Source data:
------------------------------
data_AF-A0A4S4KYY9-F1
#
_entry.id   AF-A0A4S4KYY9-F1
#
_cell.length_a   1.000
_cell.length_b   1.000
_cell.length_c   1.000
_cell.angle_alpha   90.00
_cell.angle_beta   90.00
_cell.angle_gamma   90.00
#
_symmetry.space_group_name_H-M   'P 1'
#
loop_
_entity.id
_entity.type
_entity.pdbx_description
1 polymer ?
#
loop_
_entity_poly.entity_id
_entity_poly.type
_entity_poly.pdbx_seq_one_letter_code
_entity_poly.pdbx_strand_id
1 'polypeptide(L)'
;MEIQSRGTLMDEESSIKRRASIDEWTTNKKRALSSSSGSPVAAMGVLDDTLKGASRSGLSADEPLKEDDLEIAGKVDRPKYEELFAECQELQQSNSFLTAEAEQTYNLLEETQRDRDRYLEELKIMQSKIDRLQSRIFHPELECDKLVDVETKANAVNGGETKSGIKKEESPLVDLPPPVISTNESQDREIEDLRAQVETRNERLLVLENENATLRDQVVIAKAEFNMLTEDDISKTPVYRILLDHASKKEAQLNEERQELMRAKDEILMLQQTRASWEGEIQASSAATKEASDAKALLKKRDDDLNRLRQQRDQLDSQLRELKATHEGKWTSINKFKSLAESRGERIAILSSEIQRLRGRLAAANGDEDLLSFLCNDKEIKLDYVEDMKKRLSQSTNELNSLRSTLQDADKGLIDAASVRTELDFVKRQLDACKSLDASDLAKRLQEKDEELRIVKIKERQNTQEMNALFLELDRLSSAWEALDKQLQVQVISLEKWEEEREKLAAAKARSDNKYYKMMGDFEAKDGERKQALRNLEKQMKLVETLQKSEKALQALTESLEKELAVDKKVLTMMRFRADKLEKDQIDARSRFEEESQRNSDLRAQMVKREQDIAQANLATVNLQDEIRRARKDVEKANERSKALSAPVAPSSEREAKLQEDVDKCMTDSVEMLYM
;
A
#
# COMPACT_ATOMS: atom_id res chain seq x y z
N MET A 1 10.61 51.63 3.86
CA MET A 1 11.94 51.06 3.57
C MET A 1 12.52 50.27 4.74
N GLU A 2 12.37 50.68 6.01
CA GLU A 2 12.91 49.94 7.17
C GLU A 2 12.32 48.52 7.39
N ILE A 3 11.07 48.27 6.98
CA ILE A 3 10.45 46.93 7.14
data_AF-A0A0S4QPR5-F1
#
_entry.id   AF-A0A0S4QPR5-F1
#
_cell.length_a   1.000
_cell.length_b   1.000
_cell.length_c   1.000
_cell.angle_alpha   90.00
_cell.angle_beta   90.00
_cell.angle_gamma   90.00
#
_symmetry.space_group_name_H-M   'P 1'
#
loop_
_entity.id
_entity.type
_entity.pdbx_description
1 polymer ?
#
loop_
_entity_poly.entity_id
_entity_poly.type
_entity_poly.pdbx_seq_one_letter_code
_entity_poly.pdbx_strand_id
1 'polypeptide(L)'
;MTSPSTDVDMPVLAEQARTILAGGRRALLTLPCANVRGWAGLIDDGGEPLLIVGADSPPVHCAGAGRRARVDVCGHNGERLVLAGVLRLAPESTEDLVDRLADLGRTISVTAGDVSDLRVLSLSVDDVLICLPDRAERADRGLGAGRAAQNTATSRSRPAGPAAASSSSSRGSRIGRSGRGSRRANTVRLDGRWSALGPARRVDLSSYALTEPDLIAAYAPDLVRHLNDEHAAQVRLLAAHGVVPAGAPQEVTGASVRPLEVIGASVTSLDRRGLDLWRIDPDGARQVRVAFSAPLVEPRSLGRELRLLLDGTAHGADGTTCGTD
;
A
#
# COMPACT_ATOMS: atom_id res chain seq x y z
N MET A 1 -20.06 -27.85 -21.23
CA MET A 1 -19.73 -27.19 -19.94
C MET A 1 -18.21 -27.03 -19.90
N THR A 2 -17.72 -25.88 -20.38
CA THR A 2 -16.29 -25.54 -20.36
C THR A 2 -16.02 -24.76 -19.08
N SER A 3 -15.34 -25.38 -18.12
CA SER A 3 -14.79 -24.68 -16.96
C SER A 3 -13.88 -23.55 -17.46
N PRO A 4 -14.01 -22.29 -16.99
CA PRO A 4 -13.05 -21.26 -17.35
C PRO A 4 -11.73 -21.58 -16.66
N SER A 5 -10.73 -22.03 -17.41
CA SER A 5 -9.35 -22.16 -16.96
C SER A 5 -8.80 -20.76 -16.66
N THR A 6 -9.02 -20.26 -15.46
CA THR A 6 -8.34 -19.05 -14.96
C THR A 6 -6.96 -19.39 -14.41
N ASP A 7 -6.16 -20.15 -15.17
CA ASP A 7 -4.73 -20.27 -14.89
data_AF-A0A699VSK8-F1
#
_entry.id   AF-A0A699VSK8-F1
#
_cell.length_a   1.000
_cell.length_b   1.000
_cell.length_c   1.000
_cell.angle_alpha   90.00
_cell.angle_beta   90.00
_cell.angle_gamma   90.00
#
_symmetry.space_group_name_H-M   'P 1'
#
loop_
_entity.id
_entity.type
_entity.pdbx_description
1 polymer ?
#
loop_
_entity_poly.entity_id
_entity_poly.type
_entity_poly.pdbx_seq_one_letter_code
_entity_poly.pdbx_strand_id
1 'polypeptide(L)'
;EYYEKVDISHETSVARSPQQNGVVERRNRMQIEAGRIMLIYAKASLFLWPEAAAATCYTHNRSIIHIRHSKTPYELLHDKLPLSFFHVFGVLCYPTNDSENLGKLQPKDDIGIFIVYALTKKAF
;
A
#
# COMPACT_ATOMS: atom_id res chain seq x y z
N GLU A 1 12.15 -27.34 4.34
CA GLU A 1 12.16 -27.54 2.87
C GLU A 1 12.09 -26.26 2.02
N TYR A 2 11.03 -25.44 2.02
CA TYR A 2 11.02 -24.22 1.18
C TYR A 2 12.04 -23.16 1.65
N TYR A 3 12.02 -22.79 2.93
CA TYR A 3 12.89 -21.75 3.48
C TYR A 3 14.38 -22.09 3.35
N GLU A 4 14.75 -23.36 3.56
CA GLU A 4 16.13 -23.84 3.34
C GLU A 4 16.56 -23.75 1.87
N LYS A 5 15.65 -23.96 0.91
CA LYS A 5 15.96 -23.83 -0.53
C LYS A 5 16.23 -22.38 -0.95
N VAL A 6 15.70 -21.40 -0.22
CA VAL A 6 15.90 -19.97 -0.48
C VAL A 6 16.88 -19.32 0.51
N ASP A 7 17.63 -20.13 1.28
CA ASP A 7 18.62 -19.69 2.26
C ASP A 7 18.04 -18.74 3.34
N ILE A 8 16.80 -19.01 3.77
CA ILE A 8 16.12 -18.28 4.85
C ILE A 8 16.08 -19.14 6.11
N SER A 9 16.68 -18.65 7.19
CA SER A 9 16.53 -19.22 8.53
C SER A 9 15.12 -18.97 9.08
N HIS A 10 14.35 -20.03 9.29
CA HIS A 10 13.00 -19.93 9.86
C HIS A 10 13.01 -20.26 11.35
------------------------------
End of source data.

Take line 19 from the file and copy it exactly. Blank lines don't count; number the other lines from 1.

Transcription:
#